AI regulation in the financial sector

How to ensure financial institutions’ accountability

The adoption of artificial intelligence (AI) systems and techniques has grown considerably in the financial services sector, driven by the increase in available data and the improvement of computing capacity. AI has the potential to transform traditional business models in the sector by contributing to greater efficiency and profitability through the reduction of friction costs and improvements in productivity. On the other hand, there are concerns that AI could amplify existing risks and/or give rise to new risks. It is therefore considered that AI needs to be subject to the appropriate regulations to ensure that AI’s ‘invisible hand’ is used for the benefit of our society.

This article discusses how financial institutions should address AI risks and how AI needs to be regulated, introducing developments on AI regulation at the international as well as financial sector levels. More specifically, it outlines international initiatives in AI regulation, including the following.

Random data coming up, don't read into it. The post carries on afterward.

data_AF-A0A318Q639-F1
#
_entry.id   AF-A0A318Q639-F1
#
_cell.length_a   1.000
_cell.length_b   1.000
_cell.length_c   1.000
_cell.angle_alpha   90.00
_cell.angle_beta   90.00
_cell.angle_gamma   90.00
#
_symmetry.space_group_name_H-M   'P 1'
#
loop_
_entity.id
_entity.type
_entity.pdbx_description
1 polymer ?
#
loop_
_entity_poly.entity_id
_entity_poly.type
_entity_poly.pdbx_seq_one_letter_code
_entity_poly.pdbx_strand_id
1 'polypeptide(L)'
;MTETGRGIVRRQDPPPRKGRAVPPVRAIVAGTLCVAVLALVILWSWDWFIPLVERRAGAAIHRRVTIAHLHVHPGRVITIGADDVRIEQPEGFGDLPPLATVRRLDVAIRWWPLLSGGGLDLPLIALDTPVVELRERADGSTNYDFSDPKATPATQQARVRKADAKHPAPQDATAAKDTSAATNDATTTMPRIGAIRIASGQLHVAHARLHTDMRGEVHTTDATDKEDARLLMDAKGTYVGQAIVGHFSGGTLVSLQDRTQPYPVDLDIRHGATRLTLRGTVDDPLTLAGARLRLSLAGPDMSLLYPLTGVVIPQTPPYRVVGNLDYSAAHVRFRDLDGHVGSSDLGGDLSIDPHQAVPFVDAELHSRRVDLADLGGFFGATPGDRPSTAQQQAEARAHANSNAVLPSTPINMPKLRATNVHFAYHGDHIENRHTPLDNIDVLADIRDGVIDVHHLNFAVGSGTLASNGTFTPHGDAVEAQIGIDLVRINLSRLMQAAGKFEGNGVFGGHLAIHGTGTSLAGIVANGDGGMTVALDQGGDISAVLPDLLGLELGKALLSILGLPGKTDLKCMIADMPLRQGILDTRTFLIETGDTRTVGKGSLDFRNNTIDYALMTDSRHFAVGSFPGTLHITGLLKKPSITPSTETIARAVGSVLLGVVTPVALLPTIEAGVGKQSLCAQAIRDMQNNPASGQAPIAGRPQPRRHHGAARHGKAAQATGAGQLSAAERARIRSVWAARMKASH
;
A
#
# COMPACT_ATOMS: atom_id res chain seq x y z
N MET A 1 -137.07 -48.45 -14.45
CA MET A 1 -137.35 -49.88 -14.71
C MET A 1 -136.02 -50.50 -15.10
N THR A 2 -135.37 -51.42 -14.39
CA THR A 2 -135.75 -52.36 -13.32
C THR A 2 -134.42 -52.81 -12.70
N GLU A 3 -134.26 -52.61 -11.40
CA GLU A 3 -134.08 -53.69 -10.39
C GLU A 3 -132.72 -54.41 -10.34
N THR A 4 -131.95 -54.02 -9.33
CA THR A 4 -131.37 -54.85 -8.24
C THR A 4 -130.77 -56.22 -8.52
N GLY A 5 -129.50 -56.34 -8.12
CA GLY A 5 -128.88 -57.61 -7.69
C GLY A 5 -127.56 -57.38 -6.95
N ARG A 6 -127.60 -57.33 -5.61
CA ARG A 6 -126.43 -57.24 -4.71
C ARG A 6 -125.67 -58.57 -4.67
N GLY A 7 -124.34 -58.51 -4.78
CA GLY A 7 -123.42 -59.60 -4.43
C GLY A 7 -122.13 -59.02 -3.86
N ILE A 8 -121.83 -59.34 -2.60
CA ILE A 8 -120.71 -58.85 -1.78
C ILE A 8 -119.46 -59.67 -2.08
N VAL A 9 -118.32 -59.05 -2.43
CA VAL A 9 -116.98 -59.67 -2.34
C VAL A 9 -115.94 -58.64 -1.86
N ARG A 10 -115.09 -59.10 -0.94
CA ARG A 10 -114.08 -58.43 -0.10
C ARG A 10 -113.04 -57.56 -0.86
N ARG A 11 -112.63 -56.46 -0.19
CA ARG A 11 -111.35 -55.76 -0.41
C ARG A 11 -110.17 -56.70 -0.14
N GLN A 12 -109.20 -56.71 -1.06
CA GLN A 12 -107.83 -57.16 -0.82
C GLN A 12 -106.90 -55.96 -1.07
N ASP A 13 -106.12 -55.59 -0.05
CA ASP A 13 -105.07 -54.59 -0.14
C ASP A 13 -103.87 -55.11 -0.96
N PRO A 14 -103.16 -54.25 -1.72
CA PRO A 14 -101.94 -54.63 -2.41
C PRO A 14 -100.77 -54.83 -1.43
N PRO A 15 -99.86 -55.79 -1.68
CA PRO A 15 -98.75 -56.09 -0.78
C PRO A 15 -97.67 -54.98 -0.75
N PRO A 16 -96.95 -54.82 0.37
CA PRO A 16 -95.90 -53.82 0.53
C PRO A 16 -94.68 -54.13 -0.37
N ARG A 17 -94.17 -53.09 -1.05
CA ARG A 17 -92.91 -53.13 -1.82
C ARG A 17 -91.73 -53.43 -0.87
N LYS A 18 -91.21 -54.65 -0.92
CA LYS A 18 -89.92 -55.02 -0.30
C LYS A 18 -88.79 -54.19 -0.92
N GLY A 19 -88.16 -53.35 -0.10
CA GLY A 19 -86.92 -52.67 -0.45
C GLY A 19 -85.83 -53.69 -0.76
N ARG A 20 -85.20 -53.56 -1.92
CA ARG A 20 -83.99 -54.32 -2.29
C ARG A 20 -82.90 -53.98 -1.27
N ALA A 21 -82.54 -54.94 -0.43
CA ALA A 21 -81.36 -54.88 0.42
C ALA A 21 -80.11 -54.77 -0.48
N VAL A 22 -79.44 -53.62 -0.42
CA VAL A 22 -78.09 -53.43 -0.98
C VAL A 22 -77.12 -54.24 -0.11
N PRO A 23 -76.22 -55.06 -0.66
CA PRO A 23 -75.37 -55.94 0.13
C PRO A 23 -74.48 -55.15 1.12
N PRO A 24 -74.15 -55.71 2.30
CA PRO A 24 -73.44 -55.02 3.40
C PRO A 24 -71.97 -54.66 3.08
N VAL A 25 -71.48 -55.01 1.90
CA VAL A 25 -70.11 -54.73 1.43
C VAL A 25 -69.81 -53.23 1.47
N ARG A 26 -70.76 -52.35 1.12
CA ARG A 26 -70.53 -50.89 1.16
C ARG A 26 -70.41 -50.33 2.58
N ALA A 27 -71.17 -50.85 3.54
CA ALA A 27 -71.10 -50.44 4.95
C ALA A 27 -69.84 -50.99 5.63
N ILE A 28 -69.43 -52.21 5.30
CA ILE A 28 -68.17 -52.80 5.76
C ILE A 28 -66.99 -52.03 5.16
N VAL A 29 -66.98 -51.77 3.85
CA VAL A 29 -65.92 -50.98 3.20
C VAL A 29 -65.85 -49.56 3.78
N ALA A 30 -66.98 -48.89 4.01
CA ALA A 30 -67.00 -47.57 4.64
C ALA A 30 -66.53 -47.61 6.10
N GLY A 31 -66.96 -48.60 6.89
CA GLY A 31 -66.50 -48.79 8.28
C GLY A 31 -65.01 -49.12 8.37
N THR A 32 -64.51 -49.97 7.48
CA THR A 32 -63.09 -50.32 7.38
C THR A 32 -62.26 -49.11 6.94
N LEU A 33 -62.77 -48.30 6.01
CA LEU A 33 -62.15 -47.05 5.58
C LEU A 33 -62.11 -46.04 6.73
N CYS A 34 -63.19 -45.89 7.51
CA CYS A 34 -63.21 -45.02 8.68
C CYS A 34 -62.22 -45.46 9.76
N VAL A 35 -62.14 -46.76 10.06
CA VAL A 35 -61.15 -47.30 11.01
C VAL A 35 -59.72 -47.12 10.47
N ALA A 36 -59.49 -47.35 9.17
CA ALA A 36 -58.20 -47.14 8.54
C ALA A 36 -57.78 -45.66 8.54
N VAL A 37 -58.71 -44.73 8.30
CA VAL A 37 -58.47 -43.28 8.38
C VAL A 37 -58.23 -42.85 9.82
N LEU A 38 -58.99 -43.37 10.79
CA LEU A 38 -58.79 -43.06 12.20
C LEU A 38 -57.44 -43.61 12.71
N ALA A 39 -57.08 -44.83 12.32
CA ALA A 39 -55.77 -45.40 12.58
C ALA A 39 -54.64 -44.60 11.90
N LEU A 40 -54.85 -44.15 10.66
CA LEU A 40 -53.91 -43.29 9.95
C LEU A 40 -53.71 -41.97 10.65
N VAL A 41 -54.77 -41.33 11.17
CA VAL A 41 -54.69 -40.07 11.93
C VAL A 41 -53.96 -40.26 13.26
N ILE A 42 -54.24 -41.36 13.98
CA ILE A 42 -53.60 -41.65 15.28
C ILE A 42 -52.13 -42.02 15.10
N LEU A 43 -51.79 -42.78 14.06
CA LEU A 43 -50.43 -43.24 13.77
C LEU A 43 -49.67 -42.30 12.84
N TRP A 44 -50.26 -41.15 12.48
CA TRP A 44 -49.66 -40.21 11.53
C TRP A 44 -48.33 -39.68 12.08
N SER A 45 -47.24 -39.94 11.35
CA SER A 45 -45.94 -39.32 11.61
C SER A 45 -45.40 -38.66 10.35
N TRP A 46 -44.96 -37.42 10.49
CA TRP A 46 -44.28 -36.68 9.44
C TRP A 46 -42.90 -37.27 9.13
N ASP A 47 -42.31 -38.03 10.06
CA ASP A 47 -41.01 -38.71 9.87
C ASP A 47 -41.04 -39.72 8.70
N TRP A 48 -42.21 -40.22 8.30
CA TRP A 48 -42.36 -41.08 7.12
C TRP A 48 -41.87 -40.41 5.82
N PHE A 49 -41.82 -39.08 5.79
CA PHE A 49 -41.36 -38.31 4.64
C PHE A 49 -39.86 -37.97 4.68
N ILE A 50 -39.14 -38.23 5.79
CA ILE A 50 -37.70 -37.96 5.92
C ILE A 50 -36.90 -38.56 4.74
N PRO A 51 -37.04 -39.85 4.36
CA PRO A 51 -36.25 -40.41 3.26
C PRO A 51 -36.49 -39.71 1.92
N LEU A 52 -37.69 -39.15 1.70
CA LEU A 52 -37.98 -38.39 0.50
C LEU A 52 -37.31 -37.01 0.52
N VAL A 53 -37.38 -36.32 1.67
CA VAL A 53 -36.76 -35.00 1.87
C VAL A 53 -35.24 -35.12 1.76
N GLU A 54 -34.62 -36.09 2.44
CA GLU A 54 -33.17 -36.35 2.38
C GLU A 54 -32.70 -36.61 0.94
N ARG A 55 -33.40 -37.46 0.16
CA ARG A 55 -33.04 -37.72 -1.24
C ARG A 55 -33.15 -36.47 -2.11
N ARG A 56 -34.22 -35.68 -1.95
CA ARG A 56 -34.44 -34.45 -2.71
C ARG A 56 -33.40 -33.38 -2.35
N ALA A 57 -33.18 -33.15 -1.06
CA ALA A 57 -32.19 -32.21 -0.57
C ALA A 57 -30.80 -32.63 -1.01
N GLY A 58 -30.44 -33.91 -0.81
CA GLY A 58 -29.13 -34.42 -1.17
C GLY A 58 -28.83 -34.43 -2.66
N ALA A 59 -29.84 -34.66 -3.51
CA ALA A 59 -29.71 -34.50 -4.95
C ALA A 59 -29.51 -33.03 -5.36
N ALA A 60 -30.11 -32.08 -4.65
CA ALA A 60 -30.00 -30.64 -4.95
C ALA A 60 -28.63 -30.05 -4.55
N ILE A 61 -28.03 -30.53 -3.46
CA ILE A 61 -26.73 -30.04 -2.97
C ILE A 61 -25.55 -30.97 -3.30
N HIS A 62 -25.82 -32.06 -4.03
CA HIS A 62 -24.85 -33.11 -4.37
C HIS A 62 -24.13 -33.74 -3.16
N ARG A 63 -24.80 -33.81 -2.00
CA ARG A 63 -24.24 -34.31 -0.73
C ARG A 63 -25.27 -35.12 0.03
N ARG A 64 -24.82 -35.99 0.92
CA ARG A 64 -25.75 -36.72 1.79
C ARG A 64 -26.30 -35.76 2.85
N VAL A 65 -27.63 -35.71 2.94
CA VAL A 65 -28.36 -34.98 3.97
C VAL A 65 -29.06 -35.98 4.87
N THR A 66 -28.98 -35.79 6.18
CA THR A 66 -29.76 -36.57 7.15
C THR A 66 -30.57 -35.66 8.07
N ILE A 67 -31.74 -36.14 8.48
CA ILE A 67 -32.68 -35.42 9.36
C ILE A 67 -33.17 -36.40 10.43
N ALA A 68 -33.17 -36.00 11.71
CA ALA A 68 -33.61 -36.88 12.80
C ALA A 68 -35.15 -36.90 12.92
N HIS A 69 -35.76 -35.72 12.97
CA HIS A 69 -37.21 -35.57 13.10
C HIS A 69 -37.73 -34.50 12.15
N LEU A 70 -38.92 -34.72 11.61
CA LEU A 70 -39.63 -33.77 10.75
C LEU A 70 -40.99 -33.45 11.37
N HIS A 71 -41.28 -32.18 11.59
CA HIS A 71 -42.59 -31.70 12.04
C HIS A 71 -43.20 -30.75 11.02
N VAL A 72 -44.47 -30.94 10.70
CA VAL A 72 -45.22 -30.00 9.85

• The OECD AI Principles (May 2019)
  • The UNESCO’s ‘Recommendation on the Ethics of Artificial Intelligence’ (November 2021)
  • The agreements from the G7 Hiroshima Summit (May 2023)

It also provides an overview of key jurisdictional developments, such as:

  • The EU’s AI Act (adopted in June 2023); and
  • The U.K.’s draft framework for AI regulation and Japan’s interim discussions on AI (May 2023).

Moreover, it introduces regulatory actions taken in the financial sector by standard-setting organisations and regulatory authorities, including:

  • The Basel Committee on Banking Supervision (BCBS);
  • The European Insurance and Occupational Pensions Authority (EIOPA); and
  • The International Organization of Securities Commissions (IOSCO).

By discussing how financial institutions address risks associated with AI, this article highlights the importance for financial institutions using AI to maintain their accountability while noting the necessity for appropriate regulation and supervision.

This article is intended to be read in conjunction with the report ‘Artificial Intelligence (AI) state of play in insurance regulation’ (Center for Regulatory Strategy US, Deloitte).


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